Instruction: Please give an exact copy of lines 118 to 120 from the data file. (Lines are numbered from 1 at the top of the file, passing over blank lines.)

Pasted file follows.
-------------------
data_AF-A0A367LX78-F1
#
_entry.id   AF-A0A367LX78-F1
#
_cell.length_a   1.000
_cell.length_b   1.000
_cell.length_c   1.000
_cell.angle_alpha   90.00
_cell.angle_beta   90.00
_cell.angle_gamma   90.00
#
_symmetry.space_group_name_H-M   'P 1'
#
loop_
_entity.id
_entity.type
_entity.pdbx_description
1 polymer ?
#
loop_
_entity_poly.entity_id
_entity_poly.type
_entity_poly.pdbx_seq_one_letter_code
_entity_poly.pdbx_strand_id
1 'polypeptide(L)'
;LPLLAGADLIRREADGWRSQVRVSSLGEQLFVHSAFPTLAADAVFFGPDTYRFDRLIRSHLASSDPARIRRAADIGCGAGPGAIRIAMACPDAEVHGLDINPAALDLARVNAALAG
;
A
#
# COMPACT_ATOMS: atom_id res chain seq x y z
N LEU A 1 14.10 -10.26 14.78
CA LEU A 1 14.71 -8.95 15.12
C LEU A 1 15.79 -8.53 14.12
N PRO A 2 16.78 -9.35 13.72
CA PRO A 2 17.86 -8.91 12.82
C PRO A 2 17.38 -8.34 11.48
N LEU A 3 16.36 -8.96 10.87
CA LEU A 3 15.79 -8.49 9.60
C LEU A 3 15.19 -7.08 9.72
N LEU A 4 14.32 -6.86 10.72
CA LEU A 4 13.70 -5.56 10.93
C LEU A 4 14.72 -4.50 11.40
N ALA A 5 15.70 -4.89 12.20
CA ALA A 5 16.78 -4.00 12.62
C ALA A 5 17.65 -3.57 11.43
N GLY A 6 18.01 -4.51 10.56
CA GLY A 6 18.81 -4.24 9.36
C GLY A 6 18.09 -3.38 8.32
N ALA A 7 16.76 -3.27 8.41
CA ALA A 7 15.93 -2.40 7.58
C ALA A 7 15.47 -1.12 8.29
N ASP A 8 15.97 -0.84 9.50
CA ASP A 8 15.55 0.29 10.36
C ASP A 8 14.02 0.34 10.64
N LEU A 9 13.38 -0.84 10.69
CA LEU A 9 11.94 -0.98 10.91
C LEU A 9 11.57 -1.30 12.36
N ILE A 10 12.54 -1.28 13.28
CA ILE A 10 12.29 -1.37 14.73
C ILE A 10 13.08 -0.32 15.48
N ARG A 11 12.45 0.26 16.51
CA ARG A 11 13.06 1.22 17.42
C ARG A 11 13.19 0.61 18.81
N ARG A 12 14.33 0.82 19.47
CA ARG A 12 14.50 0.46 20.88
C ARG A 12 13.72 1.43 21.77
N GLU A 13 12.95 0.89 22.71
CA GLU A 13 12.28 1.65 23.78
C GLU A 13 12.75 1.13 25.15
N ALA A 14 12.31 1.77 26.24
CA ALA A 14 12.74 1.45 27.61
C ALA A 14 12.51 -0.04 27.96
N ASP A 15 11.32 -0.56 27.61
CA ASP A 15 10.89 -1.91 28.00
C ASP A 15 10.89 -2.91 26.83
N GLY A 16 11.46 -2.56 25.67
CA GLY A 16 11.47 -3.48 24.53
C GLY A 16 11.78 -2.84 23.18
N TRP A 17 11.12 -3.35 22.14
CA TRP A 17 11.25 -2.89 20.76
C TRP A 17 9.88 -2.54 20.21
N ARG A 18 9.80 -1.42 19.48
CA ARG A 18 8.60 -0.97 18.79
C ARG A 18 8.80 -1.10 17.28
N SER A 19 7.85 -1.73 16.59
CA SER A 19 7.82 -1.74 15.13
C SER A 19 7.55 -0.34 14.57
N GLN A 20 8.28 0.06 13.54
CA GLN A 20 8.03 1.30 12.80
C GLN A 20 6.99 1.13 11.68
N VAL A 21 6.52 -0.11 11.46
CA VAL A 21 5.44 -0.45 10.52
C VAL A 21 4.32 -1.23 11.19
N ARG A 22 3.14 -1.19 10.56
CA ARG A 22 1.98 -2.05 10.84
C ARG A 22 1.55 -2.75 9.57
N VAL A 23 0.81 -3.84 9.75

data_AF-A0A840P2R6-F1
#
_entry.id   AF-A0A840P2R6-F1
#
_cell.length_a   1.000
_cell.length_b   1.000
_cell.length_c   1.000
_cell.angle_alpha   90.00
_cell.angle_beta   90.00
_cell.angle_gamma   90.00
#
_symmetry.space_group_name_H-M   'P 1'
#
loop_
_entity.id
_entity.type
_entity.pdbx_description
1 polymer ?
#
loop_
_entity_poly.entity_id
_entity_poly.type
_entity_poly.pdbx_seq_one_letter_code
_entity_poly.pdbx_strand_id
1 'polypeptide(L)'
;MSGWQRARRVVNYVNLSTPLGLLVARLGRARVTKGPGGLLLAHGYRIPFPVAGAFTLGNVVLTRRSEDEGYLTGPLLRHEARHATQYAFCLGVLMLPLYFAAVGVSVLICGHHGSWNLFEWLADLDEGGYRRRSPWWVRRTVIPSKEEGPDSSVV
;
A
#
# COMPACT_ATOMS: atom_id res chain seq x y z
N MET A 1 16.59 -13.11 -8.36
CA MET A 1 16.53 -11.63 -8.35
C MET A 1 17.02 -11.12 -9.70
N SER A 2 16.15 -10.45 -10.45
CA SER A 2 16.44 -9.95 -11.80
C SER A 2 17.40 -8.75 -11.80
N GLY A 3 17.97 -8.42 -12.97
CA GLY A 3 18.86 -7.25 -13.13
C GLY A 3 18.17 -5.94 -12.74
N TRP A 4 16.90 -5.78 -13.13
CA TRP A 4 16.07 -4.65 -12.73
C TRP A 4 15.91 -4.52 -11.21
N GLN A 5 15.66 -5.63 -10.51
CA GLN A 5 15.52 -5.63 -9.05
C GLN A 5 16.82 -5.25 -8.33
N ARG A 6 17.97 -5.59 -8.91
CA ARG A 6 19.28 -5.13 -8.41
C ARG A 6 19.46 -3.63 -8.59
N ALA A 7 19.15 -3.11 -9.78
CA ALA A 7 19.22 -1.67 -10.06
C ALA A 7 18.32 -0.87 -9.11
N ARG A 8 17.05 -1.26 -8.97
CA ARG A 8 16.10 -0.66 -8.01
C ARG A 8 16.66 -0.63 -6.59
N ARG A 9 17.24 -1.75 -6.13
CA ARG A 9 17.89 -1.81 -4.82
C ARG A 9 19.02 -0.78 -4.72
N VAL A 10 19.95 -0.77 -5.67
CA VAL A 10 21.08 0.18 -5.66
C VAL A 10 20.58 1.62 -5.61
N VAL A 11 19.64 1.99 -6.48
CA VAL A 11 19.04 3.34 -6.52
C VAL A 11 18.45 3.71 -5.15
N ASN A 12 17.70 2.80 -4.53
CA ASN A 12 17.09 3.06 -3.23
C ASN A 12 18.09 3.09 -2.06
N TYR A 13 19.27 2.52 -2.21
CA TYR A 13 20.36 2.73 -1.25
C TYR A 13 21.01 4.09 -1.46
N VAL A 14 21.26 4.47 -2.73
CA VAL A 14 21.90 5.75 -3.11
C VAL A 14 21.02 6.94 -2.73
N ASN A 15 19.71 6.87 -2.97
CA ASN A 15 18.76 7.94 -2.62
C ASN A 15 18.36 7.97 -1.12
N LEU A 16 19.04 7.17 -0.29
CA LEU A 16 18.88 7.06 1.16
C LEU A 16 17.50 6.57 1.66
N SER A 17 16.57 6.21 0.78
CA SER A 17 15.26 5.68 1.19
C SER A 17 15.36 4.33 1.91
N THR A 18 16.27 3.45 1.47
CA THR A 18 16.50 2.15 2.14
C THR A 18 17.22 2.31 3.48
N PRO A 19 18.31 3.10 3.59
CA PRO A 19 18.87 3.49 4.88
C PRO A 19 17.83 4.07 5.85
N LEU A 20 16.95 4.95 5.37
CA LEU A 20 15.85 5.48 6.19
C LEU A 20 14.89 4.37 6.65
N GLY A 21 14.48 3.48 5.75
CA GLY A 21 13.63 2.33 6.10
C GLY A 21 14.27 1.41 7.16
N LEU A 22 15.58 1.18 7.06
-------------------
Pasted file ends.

_entity_poly.entity_id
_entity_poly.type
_entity_poly.pdbx_seq_one_letter_code